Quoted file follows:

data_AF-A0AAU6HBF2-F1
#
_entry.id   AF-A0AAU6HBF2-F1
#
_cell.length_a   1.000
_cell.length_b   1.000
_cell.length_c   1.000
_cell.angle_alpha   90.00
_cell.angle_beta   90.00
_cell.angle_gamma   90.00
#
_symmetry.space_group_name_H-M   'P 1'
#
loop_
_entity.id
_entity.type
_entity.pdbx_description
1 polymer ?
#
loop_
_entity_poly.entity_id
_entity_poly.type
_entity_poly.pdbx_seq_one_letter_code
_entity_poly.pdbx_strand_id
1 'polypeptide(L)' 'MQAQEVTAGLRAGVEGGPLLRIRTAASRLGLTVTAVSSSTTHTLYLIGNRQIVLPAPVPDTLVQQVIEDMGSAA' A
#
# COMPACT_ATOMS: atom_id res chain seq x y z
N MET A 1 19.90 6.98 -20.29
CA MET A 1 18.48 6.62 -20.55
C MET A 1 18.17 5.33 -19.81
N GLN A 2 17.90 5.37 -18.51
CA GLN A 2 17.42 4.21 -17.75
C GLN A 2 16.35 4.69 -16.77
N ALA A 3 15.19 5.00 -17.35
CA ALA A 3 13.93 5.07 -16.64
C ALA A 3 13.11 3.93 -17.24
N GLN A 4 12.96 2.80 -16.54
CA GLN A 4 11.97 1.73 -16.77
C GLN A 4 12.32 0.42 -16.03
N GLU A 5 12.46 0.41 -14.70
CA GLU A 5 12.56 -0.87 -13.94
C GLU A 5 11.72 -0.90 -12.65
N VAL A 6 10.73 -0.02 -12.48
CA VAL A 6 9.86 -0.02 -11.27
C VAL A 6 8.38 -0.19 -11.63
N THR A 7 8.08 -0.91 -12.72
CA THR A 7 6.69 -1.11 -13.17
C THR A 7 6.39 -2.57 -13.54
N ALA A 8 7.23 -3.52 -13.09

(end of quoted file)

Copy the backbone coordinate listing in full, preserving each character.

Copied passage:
data_AF-A0AAU6HBF2-F1
#
_entry.id   AF-A0AAU6HBF2-F1
#
_cell.length_a   1.000
_cell.length_b   1.000
_cell.length_c   1.000
_cell.angle_alpha   90.00
_cell.angle_beta   90.00
_cell.angle_gamma   90.00
#
_symmetry.space_group_name_H-M   'P 1'
#
loop_
_entity.id
_entity.type
_entity.pdbx_description
1 polymer ?
#
loop_
_entity_poly.entity_id
_entity_poly.type
_entity_poly.pdbx_seq_one_letter_code
_entity_poly.pdbx_strand_id
1 'polypeptide(L)' 'MQAQEVTAGLRAGVEGGPLLRIRTAASRLGLTVTAVSSSTTHTLYLIGNRQIVLPAPVPDTLVQQVIEDMGSAA' A
#
# COMPACT_ATOMS: atom_id res chain seq x y z
N MET A 1 19.90 6.98 -20.29
CA MET A 1 18.48 6.62 -20.55
C MET A 1 18.17 5.33 -19.81
N GLN A 2 17.90 5.37 -18.51
CA GLN A 2 17.42 4.21 -17.75
C GLN A 2 16.35 4.69 -16.77
N ALA A 3 15.19 5.00 -17.35
CA ALA A 3 13.93 5.07 -16.64
C ALA A 3 13.11 3.93 -17.24
N GLN A 4 12.96 2.80 -16.54
CA GLN A 4 11.97 1.73 -16.77
C GLN A 4 12.32 0.42 -16.03
N GLU A 5 12.46 0.41 -14.70
CA GLU A 5 12.56 -0.87 -13.94
C GLU A 5 11.72 -0.90 -12.65
N VAL A 6 10.73 -0.02 -12.48
CA VAL A 6 9.86 -0.02 -11.27
C VAL A 6 8.38 -0.19 -11.63
N THR A 7 8.08 -0.91 -12.72
CA THR A 7 6.69 -1.11 -13.17
C THR A 7 6.39 -2.57 -13.54
N ALA A 8 7.23 -3.52 -13.09